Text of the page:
Under current HMRC rules you may have to pay tax after your death, in the form of inheritance tax (IHT). The rules are complex. Not everyone pays Inheritance Tax.
“In this world nothing can be said to be certain, except death and taxes.” So said Benjamin Franklin. Ben was clearly an accountant at heart as he also uttered the “remember that time is money” quotation that many a bean counter has told a client (but not us of course). He is also the face of the $100 Bill.
Under current HMRC rules you may have to pay tax after your death, in the form of inheritance tax (IHT). The rules are complex. Not everyone pays Inheritance Tax. It is only due if your estate – including any assets held in trust and gifts made within seven years of death – is valued over the current Inheritance Tax threshold (£325,000 in 2010-11). The tax is payable at 40 per cent on the amount over this threshold.
Married couples and registered civil partners can effectively increase the threshold on their estate when the second partner dies – to as much as £650,000 in 2010-11. Their executors or personal representatives must transfer the first spouse or civil partner’s unused Inheritance Tax threshold or ‘nil rate band’ to the second spouse or civil partner when they die.
A common approach to minimising inheritance tax is to “gift” money or assets away while you are still living. If you are still alive 7 years after the gift, then congratulations! The value of what you have given away doesn’t get included in the value of your estate for IHT purposes. However if you die within the 7 year period, then part of the value of the gift will be added back to your estate.
The taxman isn’t all bad and has provided a couple of concessions where you can make gifts that are exempt from IHT regardless of when you pass away.
Annual payment to your children or grandchildren
You can gift £3,000 per year to your children, grandchildren (or anyone else for that matter), and the payment is exempt from inheritance tax. Note that £3,000 is the maximum payment and is not a “per child” You can carry forward any unused part of the £3,000 exemption to the following year, but if you don’t use it in that year, the carried-over exemption expires.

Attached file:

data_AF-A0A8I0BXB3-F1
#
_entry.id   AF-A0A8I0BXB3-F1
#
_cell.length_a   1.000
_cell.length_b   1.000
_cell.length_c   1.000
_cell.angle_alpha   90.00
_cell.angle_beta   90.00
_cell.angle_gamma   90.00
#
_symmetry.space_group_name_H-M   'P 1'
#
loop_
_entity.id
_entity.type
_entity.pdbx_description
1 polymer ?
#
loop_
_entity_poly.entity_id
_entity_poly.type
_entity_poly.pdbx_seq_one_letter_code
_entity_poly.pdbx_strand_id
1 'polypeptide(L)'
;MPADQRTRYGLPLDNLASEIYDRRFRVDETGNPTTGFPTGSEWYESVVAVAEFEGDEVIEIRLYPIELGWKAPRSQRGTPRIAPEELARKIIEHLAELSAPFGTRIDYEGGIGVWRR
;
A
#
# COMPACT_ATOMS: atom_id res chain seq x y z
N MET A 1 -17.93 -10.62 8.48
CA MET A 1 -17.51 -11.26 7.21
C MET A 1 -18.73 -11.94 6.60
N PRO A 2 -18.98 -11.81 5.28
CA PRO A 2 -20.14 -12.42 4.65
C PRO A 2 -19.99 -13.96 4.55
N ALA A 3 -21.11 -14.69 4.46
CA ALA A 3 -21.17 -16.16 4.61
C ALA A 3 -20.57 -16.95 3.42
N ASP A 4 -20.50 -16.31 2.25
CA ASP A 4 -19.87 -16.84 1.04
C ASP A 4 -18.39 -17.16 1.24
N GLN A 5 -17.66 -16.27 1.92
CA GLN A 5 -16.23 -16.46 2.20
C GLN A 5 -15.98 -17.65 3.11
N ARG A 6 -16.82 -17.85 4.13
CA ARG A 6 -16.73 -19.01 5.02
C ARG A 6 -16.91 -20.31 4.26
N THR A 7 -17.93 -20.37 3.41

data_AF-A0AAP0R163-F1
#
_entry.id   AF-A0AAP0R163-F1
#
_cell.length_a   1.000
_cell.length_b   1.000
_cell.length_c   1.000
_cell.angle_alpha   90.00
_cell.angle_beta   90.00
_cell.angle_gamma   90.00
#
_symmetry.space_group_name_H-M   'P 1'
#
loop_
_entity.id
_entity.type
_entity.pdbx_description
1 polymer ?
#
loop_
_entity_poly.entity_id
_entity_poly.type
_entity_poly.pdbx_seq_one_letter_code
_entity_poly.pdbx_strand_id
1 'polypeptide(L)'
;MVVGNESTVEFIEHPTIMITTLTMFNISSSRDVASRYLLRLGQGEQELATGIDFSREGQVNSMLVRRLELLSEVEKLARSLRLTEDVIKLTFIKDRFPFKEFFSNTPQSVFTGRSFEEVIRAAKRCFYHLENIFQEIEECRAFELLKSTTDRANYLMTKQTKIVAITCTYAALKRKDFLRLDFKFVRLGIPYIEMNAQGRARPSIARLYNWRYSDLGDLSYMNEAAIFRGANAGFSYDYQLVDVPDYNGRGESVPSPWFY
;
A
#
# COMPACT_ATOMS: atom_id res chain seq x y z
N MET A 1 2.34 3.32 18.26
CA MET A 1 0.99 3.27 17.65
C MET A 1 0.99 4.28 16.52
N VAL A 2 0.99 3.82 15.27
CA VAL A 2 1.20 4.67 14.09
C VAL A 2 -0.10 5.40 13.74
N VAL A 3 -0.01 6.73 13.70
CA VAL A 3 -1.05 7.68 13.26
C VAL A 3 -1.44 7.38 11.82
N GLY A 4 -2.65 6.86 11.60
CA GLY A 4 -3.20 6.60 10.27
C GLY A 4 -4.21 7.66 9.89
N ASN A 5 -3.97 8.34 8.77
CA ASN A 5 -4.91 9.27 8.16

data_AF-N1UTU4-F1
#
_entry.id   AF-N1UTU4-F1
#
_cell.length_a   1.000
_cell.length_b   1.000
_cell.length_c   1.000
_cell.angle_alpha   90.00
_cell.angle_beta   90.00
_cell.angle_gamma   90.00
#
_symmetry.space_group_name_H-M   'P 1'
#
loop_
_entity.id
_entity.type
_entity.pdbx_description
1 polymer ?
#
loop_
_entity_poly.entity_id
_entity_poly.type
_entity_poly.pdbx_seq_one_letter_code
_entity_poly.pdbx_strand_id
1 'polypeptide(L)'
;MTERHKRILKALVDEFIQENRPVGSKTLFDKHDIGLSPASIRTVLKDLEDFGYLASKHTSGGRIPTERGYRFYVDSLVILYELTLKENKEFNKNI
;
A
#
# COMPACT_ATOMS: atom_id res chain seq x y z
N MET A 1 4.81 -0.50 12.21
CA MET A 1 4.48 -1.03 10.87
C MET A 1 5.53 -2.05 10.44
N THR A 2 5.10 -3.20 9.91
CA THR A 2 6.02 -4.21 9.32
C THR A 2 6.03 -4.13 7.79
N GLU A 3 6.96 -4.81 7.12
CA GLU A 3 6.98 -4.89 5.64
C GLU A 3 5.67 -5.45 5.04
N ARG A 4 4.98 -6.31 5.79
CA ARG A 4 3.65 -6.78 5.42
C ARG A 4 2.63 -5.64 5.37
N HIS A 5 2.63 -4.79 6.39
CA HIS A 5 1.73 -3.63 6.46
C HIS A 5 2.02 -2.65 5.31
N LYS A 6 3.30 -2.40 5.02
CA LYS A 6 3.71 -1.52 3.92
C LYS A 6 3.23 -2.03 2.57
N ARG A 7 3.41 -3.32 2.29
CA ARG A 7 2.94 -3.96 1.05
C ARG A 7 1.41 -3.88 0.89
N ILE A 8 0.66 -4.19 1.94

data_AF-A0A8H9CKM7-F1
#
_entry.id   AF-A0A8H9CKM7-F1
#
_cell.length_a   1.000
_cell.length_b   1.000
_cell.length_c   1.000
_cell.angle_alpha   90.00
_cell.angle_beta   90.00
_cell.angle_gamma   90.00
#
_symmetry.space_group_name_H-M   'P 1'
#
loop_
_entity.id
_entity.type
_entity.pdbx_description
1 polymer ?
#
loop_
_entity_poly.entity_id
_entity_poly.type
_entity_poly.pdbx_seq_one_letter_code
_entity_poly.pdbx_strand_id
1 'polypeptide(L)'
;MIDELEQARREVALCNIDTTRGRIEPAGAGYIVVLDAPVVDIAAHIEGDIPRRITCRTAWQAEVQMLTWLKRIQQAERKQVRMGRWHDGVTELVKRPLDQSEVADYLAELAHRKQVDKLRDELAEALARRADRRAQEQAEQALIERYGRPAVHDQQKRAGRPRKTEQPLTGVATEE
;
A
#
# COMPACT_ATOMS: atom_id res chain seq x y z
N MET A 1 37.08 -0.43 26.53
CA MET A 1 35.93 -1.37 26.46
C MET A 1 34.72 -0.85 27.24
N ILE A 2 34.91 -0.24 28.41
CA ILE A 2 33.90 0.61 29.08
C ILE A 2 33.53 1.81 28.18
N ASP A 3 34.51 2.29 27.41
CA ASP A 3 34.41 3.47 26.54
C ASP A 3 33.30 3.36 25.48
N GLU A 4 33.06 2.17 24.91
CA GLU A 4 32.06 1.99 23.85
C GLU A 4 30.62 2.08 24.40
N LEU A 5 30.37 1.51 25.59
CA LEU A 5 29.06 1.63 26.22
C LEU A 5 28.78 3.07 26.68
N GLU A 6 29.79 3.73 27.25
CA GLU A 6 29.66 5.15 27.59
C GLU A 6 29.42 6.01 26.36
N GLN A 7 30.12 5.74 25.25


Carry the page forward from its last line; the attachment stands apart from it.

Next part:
Wedding gifts/civil partnership ceremony gifts
Wedding or civil partnership ceremony gifts are exempt from Inheritance Tax, subject to certain limits:
• parents can each give cash or gifts worth £5,000
• grandparents and great grandparents can each give cash or gifts worth £2,500
• anyone else can give cash or gifts worth £1,000 You have to make the gift – or promise to make it – on or shortly before the date of the wedding or civil partnership ceremony.
If the ceremony is called off and you still make the gift – or if you make the gift after the ceremony without having promised it first – this exemption won’t apply.
You can make small gifts up to the value of £250 to as many people as you like in any one tax year. However, you can’t give a larger sum and claim exemption for the first £250. You can’t use your small gifts allowance together with any other exemption when giving to the same person.
Regular gifts or payments that are part of your normal expenditure
Any regular gifts you make out of your after-tax income, not including your capital, are exempt from Inheritance Tax. These gifts will only qualify if you have enough income left after making them to maintain your normal lifestyle. These include:
• monthly or other regular payments to someone
• regular gifts for Christmas and birthdays, or wedding/civil partnership anniversaries
• regular premiums on a life insurance policy – for you or someone else
You can also make exempt maintenance payments to:
• your husband, wife or civil partner
• your ex-spouse or former civil partner
• relatives who are dependent on you because of old age or infirmity
• your children, including adopted children and step-children, who are under 18 or in full-time education
As always, you should take professional advice from an expert when considering your options to minimise IHT. More details on the basics of IHT are here. http://www.hmrc.gov.uk/inheritancetax/index.htm